Thursday, May 8, 2014
By Emily Aizawa
The 2014 Excellence of Research Award was given to Eva Top, professor of biology in the University of Idaho College of Science and the Institute for Bioinformatics and Evolutionary Studies.
The Excellence of Research Award recognizes and encourages merit in all forms of scholarly research and creative activity.
“It’s a very good feeling,” Top said. “It shows that people appreciate your research and what you do. I knew that I had been nominated but I didn’t really expect to be nominated, so it was very cool.”
Top has been with the University of Idaho for 13 years. She received her B.S. and M.S. degrees in bioengineering and her Ph. D. in agricultural sciences at Belgium’s Ghent University.
Top has worked on many research projects, but the focus of the award was on her current research of the ecology and evolution of antibiotic resistant plasmids.
Plasmids are small pieces of DNA found in most bacterial cells separately in the chromosome, exchanging bacteria and often resisting multiple antibiotics, she said.
When two bacteria meet, they can exchange a piece of DNA and when that DNA is coded for resistance against a certain drug, both bacteria are now resistant. Some plasmids have multiple drug resistant genes, so the bacterium can come resistant to 10 different antibiotics in the process of a few minutes of exchanging DNA.
“That’s part of the problem we are facing today,” Top said. “So many bacteria have become multi-drug resistant, because it’s very easy in a way to acquire these resistant markers.”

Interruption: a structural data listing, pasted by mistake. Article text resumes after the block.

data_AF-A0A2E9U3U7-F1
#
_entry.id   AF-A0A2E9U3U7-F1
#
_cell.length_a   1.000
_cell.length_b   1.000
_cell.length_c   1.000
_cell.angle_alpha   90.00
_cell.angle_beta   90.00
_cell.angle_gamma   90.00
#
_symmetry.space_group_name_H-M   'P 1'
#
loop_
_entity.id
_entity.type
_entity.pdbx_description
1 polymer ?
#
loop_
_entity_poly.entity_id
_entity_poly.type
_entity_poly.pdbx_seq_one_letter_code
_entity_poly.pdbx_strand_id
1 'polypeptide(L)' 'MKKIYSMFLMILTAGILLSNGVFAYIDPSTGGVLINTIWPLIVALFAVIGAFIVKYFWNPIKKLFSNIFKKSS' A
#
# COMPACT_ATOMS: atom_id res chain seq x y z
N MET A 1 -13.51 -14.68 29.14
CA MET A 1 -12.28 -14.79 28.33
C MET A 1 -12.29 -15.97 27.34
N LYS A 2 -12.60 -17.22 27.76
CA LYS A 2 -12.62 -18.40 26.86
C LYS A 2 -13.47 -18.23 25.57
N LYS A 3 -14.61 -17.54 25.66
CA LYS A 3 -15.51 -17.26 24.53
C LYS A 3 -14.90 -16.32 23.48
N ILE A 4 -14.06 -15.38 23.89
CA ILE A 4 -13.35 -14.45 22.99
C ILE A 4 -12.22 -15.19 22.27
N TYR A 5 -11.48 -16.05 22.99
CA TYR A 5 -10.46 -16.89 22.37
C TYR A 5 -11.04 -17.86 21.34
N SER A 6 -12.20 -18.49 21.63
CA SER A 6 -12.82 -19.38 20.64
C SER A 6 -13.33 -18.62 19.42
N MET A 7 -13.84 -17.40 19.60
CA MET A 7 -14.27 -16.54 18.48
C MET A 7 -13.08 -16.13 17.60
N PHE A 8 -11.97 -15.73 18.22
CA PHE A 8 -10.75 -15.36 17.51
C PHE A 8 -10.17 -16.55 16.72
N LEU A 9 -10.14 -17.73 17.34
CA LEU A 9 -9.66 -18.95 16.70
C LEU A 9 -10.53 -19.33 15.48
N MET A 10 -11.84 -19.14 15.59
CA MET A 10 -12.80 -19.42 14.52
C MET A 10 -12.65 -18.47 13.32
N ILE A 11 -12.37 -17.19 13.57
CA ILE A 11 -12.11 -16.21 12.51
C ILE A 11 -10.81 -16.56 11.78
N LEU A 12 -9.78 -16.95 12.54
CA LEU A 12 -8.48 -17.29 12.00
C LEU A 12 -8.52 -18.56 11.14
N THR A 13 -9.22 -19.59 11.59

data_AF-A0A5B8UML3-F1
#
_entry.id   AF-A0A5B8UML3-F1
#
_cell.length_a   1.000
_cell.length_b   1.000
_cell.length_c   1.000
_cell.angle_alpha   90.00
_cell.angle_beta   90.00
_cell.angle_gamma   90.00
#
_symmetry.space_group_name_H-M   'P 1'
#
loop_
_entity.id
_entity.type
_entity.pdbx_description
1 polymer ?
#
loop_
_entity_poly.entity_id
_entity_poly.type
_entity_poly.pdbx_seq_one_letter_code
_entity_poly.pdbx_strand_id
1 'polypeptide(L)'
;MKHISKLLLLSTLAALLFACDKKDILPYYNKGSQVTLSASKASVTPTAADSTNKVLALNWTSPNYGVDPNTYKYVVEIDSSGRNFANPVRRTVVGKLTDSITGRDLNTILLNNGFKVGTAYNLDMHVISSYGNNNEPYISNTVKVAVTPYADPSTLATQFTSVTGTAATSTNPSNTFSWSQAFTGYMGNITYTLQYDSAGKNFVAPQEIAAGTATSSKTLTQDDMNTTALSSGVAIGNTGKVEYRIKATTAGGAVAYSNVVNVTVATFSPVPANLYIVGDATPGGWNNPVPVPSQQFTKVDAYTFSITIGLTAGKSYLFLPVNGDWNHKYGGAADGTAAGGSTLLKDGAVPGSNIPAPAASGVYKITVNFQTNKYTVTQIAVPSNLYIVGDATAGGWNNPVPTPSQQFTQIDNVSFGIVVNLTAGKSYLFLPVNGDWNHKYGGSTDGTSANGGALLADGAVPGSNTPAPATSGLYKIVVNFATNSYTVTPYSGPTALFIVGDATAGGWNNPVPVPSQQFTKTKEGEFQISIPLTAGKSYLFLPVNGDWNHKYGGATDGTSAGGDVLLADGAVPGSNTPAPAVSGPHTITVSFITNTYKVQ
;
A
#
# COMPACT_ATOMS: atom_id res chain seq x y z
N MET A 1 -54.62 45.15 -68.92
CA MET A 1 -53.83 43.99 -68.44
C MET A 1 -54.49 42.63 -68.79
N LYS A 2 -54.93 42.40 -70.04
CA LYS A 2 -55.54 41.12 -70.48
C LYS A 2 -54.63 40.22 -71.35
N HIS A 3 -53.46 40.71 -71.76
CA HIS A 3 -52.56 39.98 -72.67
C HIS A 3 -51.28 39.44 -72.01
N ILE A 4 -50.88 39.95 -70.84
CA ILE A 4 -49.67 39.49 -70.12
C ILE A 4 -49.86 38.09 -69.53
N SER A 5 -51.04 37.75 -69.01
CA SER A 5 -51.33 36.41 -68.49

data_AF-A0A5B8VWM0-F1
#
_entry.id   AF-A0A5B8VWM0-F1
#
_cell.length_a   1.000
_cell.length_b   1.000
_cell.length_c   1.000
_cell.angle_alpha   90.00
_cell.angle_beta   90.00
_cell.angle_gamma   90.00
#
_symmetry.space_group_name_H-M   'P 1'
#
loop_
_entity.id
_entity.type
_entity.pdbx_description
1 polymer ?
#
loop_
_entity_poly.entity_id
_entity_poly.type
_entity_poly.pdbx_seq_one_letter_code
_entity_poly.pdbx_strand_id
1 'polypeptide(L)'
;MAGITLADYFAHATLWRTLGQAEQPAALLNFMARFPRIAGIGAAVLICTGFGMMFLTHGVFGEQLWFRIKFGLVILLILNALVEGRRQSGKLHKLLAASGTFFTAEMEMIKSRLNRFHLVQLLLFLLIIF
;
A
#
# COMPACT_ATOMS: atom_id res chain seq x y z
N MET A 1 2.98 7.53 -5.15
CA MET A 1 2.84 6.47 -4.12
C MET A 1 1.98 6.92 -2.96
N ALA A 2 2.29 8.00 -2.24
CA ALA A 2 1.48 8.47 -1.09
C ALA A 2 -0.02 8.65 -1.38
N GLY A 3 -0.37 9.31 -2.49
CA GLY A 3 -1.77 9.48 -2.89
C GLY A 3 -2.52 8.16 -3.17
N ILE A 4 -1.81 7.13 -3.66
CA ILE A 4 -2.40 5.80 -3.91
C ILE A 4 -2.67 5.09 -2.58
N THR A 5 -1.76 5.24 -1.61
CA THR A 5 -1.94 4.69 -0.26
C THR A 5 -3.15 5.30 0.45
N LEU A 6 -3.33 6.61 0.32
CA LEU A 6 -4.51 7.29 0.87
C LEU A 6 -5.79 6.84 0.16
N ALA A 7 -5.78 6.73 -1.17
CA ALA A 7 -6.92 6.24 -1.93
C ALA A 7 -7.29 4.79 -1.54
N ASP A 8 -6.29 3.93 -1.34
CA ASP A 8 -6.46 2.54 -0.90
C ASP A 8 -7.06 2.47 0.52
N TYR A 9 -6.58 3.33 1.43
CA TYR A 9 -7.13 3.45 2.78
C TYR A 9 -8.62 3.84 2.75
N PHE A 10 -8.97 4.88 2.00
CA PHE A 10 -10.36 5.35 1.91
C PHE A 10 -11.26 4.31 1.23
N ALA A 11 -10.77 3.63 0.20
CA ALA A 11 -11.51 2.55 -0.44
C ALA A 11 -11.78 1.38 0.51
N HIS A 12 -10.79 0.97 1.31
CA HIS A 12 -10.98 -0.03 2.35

Since plasmids play a large role in the increasing
spread of antibiotic resistance in bacterial pathogens, it is crucial to understand when the plasmids come in a new bacterium, what makes a plasmid more stable in some bacteria than in others and how they can adapt to new bacterium to become more persistent in the population of bacteria, she said.
“We want to understand that because the antibiotic resistance is not lost even when you aren’t taking antibiotics,” Top said. “That means those bacteria stay resistant. So the next time you take the same antibiotic, you may not respond.”
Top received $5,000 for the award to further her research in understanding plasmids.
An undergraduate researcher in Top’s lab, Bethel Kohler said she loves working in the lab.
“It was hard at first, very intense, and I almost dropped,” she said. “But (Top) was really supportive and we talked and figured out a way to make it work into my schedule.”
Kelsie Bashford, a senior biology major who has worked in the lab for two years, said it’s been great because Top encourages undergraduates to experience different things in the lab.
Jack McIver, UI Vice President for Research and Economic Development, said Top is an exemplary researcher.
“She provides her expertise not only to international conversations regarding antibiotic resistance and plasmid biology, but also to the growing University of Idaho biological research community,” McIver said. “Her work with the Bioinformatics and Computational Biology graduate degree program introduces the next generation of scientists to this vital area of research.”
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